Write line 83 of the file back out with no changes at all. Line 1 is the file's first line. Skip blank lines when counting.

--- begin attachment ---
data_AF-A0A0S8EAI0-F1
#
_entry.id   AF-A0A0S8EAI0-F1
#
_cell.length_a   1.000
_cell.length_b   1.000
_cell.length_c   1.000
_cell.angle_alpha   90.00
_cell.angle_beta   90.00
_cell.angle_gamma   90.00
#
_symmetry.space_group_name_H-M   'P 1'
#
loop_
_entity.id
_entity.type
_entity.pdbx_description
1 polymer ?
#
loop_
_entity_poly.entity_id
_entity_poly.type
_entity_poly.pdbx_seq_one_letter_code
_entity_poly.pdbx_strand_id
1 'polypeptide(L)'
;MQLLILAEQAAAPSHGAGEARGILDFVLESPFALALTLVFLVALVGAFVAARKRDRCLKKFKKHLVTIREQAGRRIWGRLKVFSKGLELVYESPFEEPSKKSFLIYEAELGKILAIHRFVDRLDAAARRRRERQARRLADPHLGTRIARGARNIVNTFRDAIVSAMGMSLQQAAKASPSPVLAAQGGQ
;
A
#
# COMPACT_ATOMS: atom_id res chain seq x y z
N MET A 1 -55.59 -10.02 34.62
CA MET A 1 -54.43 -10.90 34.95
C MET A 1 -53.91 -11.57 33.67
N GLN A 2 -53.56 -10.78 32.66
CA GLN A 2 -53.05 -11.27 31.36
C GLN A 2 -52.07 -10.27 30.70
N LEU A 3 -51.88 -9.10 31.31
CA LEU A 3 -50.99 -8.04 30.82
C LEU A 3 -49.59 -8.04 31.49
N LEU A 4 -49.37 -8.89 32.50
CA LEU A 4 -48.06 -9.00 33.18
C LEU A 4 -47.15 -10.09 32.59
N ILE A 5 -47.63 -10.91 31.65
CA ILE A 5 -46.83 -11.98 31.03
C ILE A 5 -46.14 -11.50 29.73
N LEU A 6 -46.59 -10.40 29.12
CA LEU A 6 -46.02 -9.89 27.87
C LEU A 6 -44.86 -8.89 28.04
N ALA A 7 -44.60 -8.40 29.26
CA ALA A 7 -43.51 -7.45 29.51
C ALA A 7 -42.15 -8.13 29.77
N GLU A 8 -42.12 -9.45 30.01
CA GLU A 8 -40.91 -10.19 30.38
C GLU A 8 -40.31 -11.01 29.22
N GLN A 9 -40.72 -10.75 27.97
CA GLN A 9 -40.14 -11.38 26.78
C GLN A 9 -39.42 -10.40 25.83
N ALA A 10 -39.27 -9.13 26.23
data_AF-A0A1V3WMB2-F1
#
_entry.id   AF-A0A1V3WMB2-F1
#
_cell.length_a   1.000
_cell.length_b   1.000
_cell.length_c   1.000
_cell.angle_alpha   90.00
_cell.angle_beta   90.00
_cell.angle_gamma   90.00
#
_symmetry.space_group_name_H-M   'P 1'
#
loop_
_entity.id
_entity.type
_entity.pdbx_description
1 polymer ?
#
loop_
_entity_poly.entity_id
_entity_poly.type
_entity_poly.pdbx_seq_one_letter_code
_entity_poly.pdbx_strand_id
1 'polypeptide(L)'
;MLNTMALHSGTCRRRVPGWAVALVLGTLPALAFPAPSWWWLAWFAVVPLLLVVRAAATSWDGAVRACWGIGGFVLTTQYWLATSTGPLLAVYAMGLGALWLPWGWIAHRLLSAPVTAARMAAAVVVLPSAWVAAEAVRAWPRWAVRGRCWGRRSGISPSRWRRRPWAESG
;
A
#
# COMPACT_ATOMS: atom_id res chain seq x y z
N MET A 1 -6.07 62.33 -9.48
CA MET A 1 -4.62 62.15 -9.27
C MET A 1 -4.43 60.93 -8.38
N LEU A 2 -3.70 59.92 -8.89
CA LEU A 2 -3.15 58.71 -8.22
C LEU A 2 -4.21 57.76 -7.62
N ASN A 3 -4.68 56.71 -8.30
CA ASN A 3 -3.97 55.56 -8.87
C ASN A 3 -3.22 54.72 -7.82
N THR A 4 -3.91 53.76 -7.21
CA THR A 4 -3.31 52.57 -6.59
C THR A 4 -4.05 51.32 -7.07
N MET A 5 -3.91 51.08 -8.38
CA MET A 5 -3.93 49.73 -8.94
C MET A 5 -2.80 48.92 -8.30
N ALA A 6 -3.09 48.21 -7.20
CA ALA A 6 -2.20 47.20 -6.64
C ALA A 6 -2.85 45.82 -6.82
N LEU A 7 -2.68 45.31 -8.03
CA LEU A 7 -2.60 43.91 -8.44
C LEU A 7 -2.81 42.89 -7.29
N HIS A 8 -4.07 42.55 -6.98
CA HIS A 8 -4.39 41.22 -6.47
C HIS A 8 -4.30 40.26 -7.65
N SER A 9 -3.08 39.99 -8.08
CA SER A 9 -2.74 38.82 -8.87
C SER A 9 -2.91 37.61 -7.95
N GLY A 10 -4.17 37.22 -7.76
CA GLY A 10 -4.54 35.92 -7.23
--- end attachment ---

1 'polypeptide(L)'